Multivariate Time Series Anomaly Detection

Multivariate time series anomaly detection works in largely the same way as univariate time series anomaly detection (covered here and here). To begin, we will load the multivariate MSL dataset for time series anomaly detection.

from merlion.utils import TimeSeries
from ts_datasets.anomaly import MSL

time_series, metadata = MSL()[0]
train_data = TimeSeries.from_pd(time_series[metadata.trainval])
test_data = TimeSeries.from_pd(time_series[~metadata.trainval])
test_labels = TimeSeries.from_pd(metadata.anomaly[~metadata.trainval])

print(f"Time series is {train_data.dim}-dimensional")
Time series is 55-dimensional

Model Initialization and Training

For the purposes of this tutorial, we will be using 3 models:

  1. DefaultDetector (which automatically detects whether the input time series is univariate or multivariate);

  2. IsolationForest (a classic algorithm); and

  3. A DetectorEnsemble which takes the maximum anomaly score returned by either model.

Note that while all multivariate anomaly detection models can be used on univariate time series, some Merlion models (e.g. WindStats, ZMS, StatThreshold) are specific to univariate time series. However, the API is identical to that of univariate anomaly detection models.

# We initialize models using the model factory in this tutorial
# We manually set the detection threshold to 2 (in standard deviation units) for all models
from merlion.models.factory import ModelFactory
from merlion.post_process.threshold import AggregateAlarms

model1 = ModelFactory.create("DefaultDetector",

model2 = ModelFactory.create("IsolationForest",

# Here, we create a _max ensemble_ that takes the maximal anomaly score
# returned by any individual model (rather than the mean).
model3 = ModelFactory.create("DetectorEnsemble", models=[model1, model2],
                             combiner={"name": "Max"})

for model in [model1, model2, model3]:
    print(f"Training {type(model).__name__}...")
    train_scores = model.train(train_data)
Training DefaultDetector...
 |████████████████████████████████████████| 100.0% Complete, Loss 0.5998
Training IsolationForest...
Training DetectorEnsemble...
 |████████████████████████████████████████| 100.0% Complete, Loss 0.6001

Model Inference and Quantitative Evaluation

Like univariate models, we may call get_anomaly_label() to get a sequence of post-processed (calibrated and thresholded) training scores. We can then use these to evaluate the model’s performance.

from merlion.evaluate.anomaly import TSADMetric

for model in [model1, model2, model3]:
    labels = model.get_anomaly_label(test_data)
    precision = TSADMetric.PointAdjustedPrecision.value(ground_truth=test_labels, predict=labels)
    recall = TSADMetric.PointAdjustedRecall.value(ground_truth=test_labels, predict=labels)
    f1 = TSADMetric.PointAdjustedF1.value(ground_truth=test_labels, predict=labels)
    mttd = TSADMetric.MeanTimeToDetect.value(ground_truth=test_labels, predict=labels)
    print(f"Precision: {precision:.4f}")
    print(f"Recall:    {recall:.4f}")
    print(f"F1:        {f1:.4f}")
    print(f"MTTD:      {mttd}")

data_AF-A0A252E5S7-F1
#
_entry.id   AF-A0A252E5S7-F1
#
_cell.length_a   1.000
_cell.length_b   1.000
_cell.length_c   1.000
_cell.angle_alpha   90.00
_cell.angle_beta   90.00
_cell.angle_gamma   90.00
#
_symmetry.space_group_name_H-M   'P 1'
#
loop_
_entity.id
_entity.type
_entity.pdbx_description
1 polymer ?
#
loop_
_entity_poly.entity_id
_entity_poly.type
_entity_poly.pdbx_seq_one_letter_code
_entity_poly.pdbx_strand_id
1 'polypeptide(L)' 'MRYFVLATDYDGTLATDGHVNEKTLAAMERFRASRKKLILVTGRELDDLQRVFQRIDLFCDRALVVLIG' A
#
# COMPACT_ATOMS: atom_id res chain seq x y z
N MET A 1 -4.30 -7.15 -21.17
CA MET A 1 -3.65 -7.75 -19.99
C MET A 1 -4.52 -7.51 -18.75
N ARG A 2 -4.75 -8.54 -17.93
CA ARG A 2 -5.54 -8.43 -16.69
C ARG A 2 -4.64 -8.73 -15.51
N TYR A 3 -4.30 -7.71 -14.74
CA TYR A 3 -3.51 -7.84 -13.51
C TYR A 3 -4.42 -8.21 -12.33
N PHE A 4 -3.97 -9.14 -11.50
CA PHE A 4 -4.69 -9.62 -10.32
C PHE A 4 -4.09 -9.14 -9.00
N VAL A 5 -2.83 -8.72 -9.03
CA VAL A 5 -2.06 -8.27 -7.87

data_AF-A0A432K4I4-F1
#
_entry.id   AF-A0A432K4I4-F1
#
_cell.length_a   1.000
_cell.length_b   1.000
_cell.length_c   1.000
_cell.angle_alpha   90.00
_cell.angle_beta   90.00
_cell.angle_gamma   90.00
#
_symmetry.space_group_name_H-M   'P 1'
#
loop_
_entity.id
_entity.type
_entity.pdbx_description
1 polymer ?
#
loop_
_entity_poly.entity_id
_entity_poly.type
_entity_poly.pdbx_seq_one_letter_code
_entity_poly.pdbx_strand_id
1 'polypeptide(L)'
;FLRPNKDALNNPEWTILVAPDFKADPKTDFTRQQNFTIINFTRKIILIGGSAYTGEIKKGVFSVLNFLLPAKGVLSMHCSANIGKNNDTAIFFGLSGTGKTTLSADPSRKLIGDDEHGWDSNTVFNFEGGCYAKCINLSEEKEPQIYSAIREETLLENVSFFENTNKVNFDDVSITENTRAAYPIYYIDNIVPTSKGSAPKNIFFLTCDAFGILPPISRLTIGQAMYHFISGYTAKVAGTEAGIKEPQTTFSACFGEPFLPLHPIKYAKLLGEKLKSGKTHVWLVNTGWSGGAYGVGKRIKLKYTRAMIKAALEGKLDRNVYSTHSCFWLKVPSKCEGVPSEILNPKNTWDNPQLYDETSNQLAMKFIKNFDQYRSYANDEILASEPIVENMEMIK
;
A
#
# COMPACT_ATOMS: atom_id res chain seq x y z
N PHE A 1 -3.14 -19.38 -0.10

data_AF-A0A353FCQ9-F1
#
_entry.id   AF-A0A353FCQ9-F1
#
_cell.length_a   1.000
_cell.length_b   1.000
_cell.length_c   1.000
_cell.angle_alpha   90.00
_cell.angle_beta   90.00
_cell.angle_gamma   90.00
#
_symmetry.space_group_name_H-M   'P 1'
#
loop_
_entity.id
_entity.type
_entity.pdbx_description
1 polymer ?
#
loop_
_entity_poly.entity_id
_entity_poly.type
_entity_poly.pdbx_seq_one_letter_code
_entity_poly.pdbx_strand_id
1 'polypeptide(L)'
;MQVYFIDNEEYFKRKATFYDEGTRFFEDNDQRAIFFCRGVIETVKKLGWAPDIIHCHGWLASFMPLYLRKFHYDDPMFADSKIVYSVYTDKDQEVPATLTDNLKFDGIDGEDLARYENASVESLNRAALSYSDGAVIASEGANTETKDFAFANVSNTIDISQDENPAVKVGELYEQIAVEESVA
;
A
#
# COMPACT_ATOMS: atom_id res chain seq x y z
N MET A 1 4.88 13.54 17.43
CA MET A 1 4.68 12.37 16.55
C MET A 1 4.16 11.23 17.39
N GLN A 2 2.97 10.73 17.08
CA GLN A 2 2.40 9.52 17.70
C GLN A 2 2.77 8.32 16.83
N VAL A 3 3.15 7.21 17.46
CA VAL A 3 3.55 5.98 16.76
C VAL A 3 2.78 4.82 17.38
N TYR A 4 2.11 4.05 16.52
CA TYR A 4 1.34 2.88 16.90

Precision: 0.9659
Recall:    0.8312
F1:        0.8935
MTTD:      0 days 01:21:15

Precision: 0.9638
Recall:    0.8192
F1:        0.8856
MTTD:      0 days 01:40:57

Precision: 0.9620
Recall:    0.8184
F1:        0.8844
MTTD:      0 days 01:34:51

We can also use a TSADEvaluator to evaluate a model in a manner that simulates live deployment. Here, we train an initial model on the training data, and we obtain its predictions on the training data using a sliding window of 1 week (cadence="1w"). However, we only retrain the model every 4 weeks (retrain_freq="4w").

from merlion.evaluate.anomaly import TSADEvaluator, TSADEvaluatorConfig
for model in [model1, model2, model3]:
    print(f"{type(model).__name__} Sliding Window Evaluation")
    evaluator = TSADEvaluator(model=model, config=TSADEvaluatorConfig(
        cadence="1w", retrain_freq="4w"))
    train_result, test_pred = evaluator.get_predict(train_vals=train_data, test_vals=test_data)
    precision = evaluator.evaluate(ground_truth=test_labels, predict=test_pred,
    recall = evaluator.evaluate(ground_truth=test_labels, predict=test_pred,
    f1 = evaluator.evaluate(ground_truth=test_labels, predict=test_pred,
    mttd = evaluator.evaluate(ground_truth=test_labels, predict=test_pred,
    print(f"Precision: {precision:.4f}")
    print(f"Recall:    {recall:.4f}")
    print(f"F1:        {f1:.4f}")
    print(f"MTTD:      {mttd}")
DefaultDetector Sliding Window Evaluation
 |████████████████████████████████████████| 100.0% Complete, Loss 0.5998
TSADEvaluator:  55%|█████▍    | 2419200/4423680 [00:23<00:19, 101454.83it/s]
 |████████████████████████████████████████| 100.0% Complete, Loss 0.6667
TSADEvaluator: 100%|██████████| 4423680/4423680 [02:09<00:00, 34157.67it/s]
Precision: 0.9522
Recall:    0.8027
F1:        0.8711
MTTD:      0 days 01:22:46

IsolationForest Sliding Window Evaluation
TSADEvaluator: 100%|██████████| 4423680/4423680 [00:27<00:00, 160149.84it/s]
Precision: 0.9666
Recall:    0.8321
F1:        0.8943
MTTD:      0 days 01:40:42

DetectorEnsemble Sliding Window Evaluation
 |████████████████████████████████████████| 100.0% Complete, Loss 0.6002
TSADEvaluator:  55%|█████▍    | 2419200/4423680 [00:28<00:24, 83276.94it/s]
 |████████████████████████████████████████| 100.0% Complete, Loss 0.6532
TSADEvaluator: 100%|██████████| 4423680/4423680 [02:37<00:00, 28002.66it/s]
Precision: 0.9453
Recall:    0.8209
F1:        0.8787
MTTD:      0 days 01:32:18